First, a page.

(Oh, and Long knows quite well "why the studies were done": because nobody believed the old style numbers published by the Government of Puerto Rico (THEY count the dead, NOT the Feds) so GOPR said "OK, we'll bring nonpolitical outside experts".)

The sad thing here is that FEMA had admitted earlier in the summer they were entirely unprepared, changes to procedures were being proposed and Congress was convening hearings about it. Now it has turned into all about Trump, and now everyone is gonna dig in and double down, while we need the recovery work to go on NOW, we can't wait for promises for 2021.

Last edited by JRDelirious; 09-16-2018 at 07:37 PM.
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Old 09-16-2018, 08:36 PM
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Poof.
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  #21  
Old 09-17-2018, 12:50 AM
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Quote:
Originally Posted by Little Nemo View Post
I'm not disputing the fact that domestic violence increases in the aftermath of a natural disaster. I'm disputing the claim that "You can't blame spousal abuse after a disaster on anybody." Because I have no problem blaming the person who is abusing their spouse.
I'm also perfectly happy to put partial blame on the people who are keeping the stores empty, the houses uninhabitable and the streets impassable.




... genuine question, because in my last recent visits to the US this kind of thing didn't come up...

Over There, when someone who had a restraining order kills their ex, is that viewed as a failure of "the system"? In Spain it is, but maybe the whole Individualism thing means y'all don't. People are responsible for their actions, but in our concept, society has the duty to prevent damages whenever there is a known risk; it's part of what makes something a "society" and not just "a strongman, his henchmen and the people they cower".
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Last edited by Nava; 09-17-2018 at 12:55 AM.
  #22  
Old 09-17-2018, 10:56 AM
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Originally Posted by k9bfriender View Post
I think that the point was that you cannot blame that on anybody [in the trump administration]. That is as far as they are concerned about spousal abuse, that they are not the ones blamed.
Yes, I understand that this is just the Trump administration trying to shift blame away from its own incompetence. But I think it's worth noting how they chose to do it.

It would have been easy for them to say that they weren't to blame for spousal abuse because the blame for that goes on the abusers. That would have absolved the administration.

But instead they want to put the blame for spousal abuse on the natural disaster. They want to avoid the blame themselves but they also want to protect the abusers.
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Old 09-17-2018, 11:07 AM
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I'm also perfectly happy to put partial blame on the people who are keeping the stores empty, the houses uninhabitable and the streets impassable.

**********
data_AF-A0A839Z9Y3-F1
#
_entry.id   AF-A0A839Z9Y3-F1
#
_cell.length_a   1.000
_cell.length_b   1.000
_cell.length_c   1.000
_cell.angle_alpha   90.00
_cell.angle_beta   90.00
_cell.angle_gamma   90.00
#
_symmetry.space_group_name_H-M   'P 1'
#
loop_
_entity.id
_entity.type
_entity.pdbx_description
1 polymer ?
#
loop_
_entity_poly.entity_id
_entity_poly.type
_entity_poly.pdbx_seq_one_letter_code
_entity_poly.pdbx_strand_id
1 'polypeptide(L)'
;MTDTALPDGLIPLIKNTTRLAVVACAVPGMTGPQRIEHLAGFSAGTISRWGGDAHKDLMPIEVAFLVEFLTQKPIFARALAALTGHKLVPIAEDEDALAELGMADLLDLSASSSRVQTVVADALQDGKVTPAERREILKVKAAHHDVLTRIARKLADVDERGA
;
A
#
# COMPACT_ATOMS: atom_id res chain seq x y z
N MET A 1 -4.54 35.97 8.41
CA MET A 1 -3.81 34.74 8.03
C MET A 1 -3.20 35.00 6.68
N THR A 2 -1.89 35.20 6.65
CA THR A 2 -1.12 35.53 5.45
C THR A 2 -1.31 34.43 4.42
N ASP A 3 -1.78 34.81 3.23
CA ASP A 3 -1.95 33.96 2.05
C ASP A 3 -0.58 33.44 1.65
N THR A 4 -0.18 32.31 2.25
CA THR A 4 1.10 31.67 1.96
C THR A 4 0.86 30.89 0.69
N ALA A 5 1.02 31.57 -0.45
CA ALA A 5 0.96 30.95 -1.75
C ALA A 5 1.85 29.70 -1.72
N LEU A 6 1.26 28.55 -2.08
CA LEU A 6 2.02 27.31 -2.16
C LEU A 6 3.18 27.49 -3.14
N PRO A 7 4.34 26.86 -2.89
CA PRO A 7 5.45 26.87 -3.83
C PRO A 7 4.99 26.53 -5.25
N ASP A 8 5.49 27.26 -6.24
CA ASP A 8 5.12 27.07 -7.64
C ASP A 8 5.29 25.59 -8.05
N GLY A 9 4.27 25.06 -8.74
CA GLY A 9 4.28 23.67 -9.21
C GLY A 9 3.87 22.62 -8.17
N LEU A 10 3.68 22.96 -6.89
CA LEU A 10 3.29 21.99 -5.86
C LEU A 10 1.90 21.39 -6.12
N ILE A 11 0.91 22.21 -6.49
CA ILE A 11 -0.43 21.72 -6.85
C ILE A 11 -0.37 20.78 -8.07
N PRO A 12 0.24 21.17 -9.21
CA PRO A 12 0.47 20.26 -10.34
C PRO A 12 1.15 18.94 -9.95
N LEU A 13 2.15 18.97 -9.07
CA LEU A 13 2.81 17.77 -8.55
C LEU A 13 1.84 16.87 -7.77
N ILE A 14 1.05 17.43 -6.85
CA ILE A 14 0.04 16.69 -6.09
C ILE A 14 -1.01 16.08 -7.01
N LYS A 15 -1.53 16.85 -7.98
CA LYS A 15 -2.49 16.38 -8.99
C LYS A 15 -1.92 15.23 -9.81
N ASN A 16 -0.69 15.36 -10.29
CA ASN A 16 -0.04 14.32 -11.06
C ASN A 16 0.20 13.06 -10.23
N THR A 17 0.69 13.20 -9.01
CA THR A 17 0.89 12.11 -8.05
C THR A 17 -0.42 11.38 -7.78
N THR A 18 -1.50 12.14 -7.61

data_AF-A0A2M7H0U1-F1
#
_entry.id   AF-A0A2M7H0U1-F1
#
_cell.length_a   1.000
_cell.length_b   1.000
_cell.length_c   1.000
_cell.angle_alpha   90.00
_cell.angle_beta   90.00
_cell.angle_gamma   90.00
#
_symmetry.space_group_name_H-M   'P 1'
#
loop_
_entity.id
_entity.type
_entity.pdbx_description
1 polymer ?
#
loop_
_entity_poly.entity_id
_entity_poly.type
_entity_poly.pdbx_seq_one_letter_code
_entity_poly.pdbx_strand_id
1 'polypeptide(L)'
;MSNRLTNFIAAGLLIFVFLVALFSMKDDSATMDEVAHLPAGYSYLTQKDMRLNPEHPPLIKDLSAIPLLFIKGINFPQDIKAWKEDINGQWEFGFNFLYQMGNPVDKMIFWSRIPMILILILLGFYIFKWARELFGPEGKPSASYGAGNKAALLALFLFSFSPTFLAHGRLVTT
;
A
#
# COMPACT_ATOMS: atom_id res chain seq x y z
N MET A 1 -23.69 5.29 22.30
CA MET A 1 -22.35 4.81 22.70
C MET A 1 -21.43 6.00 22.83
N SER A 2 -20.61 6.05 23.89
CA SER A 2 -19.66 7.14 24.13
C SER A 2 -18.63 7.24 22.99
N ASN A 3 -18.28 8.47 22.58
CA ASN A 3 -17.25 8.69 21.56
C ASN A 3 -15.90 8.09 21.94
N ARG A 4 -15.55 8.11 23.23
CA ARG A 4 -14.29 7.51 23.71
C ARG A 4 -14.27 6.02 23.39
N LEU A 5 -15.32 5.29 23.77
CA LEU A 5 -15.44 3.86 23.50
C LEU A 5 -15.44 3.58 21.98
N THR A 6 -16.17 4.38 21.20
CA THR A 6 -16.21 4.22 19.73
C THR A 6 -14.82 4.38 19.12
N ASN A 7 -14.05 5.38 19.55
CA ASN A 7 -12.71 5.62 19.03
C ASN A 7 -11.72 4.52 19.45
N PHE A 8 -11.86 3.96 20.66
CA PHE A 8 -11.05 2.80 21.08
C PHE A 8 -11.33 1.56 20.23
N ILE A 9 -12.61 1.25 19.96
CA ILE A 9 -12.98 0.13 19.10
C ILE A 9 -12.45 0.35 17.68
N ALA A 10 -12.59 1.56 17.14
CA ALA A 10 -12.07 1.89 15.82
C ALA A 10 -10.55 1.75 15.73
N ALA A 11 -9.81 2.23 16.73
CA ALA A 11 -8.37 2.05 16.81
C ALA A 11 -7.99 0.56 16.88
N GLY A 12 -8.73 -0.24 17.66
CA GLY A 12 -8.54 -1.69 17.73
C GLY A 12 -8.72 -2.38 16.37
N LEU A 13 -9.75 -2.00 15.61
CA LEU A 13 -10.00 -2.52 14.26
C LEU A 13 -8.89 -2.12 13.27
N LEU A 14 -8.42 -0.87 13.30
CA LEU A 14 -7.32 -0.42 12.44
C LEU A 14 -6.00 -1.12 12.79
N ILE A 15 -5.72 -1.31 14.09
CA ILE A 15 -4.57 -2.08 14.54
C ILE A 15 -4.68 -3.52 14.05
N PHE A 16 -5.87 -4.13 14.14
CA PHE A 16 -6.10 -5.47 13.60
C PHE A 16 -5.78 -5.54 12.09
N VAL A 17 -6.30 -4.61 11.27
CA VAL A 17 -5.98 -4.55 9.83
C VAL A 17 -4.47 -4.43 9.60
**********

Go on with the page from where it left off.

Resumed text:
I blame the inadequate government response for the terrible conditions people are living in. But I still hold people responsible for their own actions as well. Nobody has to respond to terrible living conditions by beating up their spouse. That's still a choice they made.

Quote:
Originally Posted by Nava View Post
... genuine question, because in my last recent visits to the US this kind of thing didn't come up...

Over There, when someone who had a restraining order kills their ex, is that viewed as a failure of "the system"? In Spain it is, but maybe the whole Individualism thing means y'all don't. People are responsible for their actions, but in our concept, society has the duty to prevent damages whenever there is a known risk; it's part of what makes something a "society" and not just "a strongman, his henchmen and the people they cower".
My personal opinion is that it's generally seen as a failure by the system. I'm basing this on how situations like this are portrayed in popular culture.

I feel it's part of our Individualism ideal. A movie will show somebody being harassed by a vengeful spouse and then show that the system's response is inadequate to deal with it. So the victim has to step up and handle their own problem by confronting their abuser and resolving the situation.

It's part of American culture; the idea that you have to look out for yourself rather than being part of a society that collectively looks out for everyone in the society.

Last edited by Little Nemo; 09-17-2018 at 11:12 AM.
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Old 09-17-2018, 11:08 AM
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Huh. And here I thought it was football that made men beat their wives.
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Old 09-17-2018, 01:26 PM
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The actual quote:


Not exactly a mustache-twirling villain, then.
Charitably, VERY charitably, inelegantly stated. However, there is the choice to say it at all.

Clearly he is trying to downplay the numbers. If my employee were to try to downplay numbers to me, I would want to hear specifics. If you are going to tell me that the total number contained murders hidden in the fog of chaos, I would want to be damn sure that the magnitude was significant enough to warrant even mentioning.

These folks seem to keep forgetting these are US Citizens that died in thousands.

But frankly, I don't expect that level of integrity from this administration or this party. They are quite fond of relying on "framing narratives", rather than reporting factual information.
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Old 09-18-2018, 07:26 AM